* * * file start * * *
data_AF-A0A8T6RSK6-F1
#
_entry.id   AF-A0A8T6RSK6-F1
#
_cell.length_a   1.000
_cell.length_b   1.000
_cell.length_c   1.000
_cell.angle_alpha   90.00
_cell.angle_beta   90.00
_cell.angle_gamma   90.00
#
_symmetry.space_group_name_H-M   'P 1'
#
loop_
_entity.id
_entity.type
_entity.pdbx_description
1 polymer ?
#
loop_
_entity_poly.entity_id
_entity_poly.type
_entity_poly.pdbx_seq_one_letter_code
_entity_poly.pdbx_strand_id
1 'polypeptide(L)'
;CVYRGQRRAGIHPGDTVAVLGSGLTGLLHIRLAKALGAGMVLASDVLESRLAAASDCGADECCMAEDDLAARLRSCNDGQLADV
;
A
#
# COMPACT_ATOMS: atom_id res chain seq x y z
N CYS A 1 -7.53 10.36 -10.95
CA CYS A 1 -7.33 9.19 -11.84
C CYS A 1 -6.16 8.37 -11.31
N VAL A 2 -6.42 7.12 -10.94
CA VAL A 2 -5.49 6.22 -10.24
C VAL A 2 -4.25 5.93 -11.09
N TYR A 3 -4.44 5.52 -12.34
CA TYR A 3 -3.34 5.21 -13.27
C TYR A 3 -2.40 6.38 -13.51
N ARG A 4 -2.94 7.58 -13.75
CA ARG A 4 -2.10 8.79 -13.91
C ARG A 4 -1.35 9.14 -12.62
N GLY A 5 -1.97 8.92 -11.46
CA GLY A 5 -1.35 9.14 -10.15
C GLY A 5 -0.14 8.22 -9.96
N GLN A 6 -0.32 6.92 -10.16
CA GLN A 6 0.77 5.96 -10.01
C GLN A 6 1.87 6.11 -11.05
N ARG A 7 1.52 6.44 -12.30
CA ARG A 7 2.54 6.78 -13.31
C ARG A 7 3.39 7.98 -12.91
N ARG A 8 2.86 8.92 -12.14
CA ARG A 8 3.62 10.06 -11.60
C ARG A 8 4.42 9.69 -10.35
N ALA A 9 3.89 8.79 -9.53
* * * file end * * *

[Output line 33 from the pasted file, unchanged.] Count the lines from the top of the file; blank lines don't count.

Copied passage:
C CYS A 1 -6.16 8.37 -11.31